Saturday, December 10, 2016

Public Speaking isn’t the most common Personal Fear in the third annual Chapman Survey of American Fears for 2016 - Reptiles are

On June 26, 2016 I blogged about the 2015 Chapman Survey of American Fears in a post titled How could you spin the results of a fear survey where public speaking wasn’t even in the top 5, 10, or 20? One answer was to ignore most of the results and instead focus just on one category with 18 rather than 89 fears.

That same strategy can be applied to the 2016 survey. As shown above, we could focus just on the 15 Personal Fears and ignore the other 64. In a post at The ONE thing blog titled How to become a talented public speaker and tell a story that makes an impact they ignored that public speaking ranked 33rd out of 79 fears and instead said:

“If the mere thought of standing in the front of a room and talking to a group of people has your heart pounding and palms sweaty, rest assured, you are not alone. Public speaking is the second most common personal fear. According to a Chapman University survey, over a quarter of people are afraid of speaking to a group. Being the center of attention and knowing that all eyes are on you is a truly terrifying prospect for many people.”

That’s silly because overall 8 of those 15 personal fears were ranked in the Bottom Ten (as also is shown above). I have shown the percentages listed in the Chapman blog post, and mine based on raw data without adjusting for those who didn’t answer (refused).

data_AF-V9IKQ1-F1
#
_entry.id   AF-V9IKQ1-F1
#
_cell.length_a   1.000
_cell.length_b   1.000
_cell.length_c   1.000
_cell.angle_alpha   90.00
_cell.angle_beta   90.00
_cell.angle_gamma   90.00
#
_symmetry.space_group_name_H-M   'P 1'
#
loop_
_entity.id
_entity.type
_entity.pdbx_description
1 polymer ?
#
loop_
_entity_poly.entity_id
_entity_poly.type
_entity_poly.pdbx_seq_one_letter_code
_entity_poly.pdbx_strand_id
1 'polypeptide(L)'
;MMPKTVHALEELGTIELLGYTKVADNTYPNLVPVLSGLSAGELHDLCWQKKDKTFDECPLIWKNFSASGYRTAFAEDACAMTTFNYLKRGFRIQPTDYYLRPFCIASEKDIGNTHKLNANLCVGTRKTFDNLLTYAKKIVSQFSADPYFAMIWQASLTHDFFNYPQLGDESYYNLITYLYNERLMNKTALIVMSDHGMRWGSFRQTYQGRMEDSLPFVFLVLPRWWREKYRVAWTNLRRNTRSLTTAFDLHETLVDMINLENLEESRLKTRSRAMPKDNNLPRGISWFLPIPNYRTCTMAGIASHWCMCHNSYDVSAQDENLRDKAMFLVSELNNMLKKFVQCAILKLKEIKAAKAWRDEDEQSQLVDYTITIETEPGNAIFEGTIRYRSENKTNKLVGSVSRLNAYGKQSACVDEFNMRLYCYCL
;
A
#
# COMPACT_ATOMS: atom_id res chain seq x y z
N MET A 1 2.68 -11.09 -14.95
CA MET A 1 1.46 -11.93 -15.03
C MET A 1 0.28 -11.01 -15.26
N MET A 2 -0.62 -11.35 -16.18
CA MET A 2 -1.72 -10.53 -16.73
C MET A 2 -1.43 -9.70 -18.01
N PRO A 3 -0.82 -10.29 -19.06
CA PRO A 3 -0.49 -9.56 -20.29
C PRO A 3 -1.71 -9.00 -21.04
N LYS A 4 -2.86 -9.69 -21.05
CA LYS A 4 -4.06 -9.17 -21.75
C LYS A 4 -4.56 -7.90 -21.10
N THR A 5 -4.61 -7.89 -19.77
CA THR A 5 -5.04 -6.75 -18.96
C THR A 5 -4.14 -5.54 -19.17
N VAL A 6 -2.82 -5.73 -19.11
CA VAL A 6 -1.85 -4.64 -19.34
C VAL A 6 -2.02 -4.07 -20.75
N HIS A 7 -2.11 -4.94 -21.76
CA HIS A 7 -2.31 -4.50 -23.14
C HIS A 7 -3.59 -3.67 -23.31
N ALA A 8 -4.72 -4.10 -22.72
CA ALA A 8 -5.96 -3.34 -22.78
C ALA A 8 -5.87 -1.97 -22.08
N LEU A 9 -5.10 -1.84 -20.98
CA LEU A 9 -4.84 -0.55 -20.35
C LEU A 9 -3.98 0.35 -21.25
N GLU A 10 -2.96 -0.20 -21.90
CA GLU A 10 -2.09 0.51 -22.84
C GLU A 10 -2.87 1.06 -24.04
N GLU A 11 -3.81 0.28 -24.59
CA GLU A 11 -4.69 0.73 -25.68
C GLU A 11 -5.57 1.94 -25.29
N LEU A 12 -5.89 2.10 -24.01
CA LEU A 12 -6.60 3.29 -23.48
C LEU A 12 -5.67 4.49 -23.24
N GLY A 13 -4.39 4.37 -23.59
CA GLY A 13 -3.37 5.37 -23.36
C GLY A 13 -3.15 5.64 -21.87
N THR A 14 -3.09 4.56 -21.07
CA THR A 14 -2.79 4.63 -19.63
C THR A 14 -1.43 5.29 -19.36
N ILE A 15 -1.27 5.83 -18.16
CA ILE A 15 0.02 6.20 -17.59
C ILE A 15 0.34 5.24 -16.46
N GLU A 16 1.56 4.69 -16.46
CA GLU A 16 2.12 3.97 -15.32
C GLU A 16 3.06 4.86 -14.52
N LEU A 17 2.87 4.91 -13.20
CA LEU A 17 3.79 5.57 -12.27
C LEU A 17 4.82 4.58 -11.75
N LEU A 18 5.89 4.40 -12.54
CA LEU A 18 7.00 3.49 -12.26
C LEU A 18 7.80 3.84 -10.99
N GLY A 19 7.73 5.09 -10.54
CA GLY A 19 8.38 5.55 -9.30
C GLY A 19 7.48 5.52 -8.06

How could you do even worse? By missing the fear or reptiles. In an October 31, 2016 article at Brain Alchemist titled 5 Blood Curdling Fears and Worst Nightmares of Public Speaking Anastasia Pryanikova claimed:

“According to findings of the Chapman University Survey on American Fears, public speaking is the top personal fear in 2016, afflicting 25.9% of Americans.”

In another blog post on October 22, 2016 titled According to the 2016 Chapman Survey of American Fears, adults are less than Afraid of Corrupt (federal) Government Officials and only Slightly Afraid of the Affordable Health Care Act (aka Obamacare) I discussed how to calculate a Fear Score where:

1.0 = Not Afraid

2.0 = Slightly Afraid

3.0 = Afraid

4.0 = Very Afraid

The Fear Score for reptiles is 2.060, or just above Slightly Afraid (2.0). For public speaking it is 1.933, and even below Slightly Afraid.

An image of a timber rattlesnake came from Wikimedia Commons.

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